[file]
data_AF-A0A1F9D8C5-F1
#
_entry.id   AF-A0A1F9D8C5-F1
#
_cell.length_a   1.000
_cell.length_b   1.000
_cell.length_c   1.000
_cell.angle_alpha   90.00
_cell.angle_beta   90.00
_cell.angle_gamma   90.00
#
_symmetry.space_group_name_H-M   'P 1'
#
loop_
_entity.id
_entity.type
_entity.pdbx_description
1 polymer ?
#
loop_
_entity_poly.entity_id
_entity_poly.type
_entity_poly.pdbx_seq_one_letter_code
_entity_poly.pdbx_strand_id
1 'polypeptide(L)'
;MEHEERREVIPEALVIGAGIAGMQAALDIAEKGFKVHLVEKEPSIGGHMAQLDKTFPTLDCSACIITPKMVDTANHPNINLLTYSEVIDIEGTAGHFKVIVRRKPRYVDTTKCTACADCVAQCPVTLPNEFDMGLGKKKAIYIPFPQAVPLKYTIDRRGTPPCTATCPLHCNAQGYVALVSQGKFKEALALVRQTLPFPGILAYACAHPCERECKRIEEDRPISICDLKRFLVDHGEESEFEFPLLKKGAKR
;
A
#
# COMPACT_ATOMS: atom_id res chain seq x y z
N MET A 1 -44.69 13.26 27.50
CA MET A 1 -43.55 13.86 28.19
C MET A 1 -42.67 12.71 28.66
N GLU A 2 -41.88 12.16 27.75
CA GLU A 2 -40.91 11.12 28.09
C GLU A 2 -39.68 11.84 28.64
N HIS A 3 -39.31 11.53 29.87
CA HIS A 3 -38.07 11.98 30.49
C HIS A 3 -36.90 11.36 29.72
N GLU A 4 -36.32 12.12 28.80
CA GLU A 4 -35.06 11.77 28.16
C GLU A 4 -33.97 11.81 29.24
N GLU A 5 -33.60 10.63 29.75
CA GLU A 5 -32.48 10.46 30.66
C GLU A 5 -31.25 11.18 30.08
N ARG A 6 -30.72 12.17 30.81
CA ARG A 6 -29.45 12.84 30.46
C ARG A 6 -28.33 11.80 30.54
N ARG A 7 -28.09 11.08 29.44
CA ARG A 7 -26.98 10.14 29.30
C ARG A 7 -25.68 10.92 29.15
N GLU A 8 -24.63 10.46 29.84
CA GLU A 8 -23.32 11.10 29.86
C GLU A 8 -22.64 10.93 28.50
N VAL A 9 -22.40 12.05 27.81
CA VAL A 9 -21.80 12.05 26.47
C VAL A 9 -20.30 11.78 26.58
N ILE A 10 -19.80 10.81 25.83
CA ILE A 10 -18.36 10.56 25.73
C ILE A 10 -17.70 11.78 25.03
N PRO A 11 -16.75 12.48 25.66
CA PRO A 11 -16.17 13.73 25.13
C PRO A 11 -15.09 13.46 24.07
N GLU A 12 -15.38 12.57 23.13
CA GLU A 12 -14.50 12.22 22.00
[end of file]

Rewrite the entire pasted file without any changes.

data_AF-A0A1F9D8C5-F1
#
_entry.id   AF-A0A1F9D8C5-F1
#
_cell.length_a   1.000
_cell.length_b   1.000
_cell.length_c   1.000
_cell.angle_alpha   90.00
_cell.angle_beta   90.00
_cell.angle_gamma   90.00
#
_symmetry.space_group_name_H-M   'P 1'
#
loop_
_entity.id
_entity.type
_entity.pdbx_description
1 polymer ?
#
loop_
_entity_poly.entity_id
_entity_poly.type
_entity_poly.pdbx_seq_one_letter_code
_entity_poly.pdbx_strand_id
1 'polypeptide(L)'
;MEHEERREVIPEALVIGAGIAGMQAALDIAEKGFKVHLVEKEPSIGGHMAQLDKTFPTLDCSACIITPKMVDTANHPNINLLTYSEVIDIEGTAGHFKVIVRRKPRYVDTTKCTACADCVAQCPVTLPNEFDMGLGKKKAIYIPFPQAVPLKYTIDRRGTPPCTATCPLHCNAQGYVALVSQGKFKEALALVRQTLPFPGILAYACAHPCERECKRIEEDRPISICDLKRFLVDHGEESEFEFPLLKKGAKR
;
A
#
# COMPACT_ATOMS: atom_id res chain seq x y z
N MET A 1 -44.69 13.26 27.50
CA MET A 1 -43.55 13.86 28.19
C MET A 1 -42.67 12.71 28.66
N GLU A 2 -41.88 12.16 27.75
CA GLU A 2 -40.91 11.12 28.09
C GLU A 2 -39.68 11.84 28.64
N HIS A 3 -39.31 11.53 29.87
CA HIS A 3 -38.07 11.98 30.49
C HIS A 3 -36.90 11.36 29.72
N GLU A 4 -36.32 12.12 28.80
CA GLU A 4 -35.06 11.77 28.16
C GLU A 4 -33.97 11.81 29.24
N GLU A 5 -33.60 10.63 29.75
CA GLU A 5 -32.48 10.46 30.66
C GLU A 5 -31.25 11.18 30.08
N ARG A 6 -30.72 12.17 30.81
CA ARG A 6 -29.45 12.84 30.46
C ARG A 6 -28.33 11.80 30.54
N ARG A 7 -28.09 11.08 29.44
CA ARG A 7 -26.98 10.14 29.30
C ARG A 7 -25.68 10.92 29.15
N GLU A 8 -24.63 10.46 29.84
CA GLU A 8 -23.32 11.10 29.86
C GLU A 8 -22.64 10.93 28.50
N VAL A 9 -22.40 12.05 27.81
CA VAL A 9 -21.80 12.05 26.47
C VAL A 9 -20.30 11.78 26.58
N ILE A 10 -19.80 10.81 25.83
CA ILE A 10 -18.36 10.56 25.73
C ILE A 10 -17.70 11.78 25.03
N PRO A 11 -16.75 12.48 25.66
CA PRO A 11 -16.17 13.73 25.13
C PRO A 11 -15.09 13.46 24.07
N GLU A 12 -15.38 12.57 23.13
CA GLU A 12 -14.50 12.22 22.00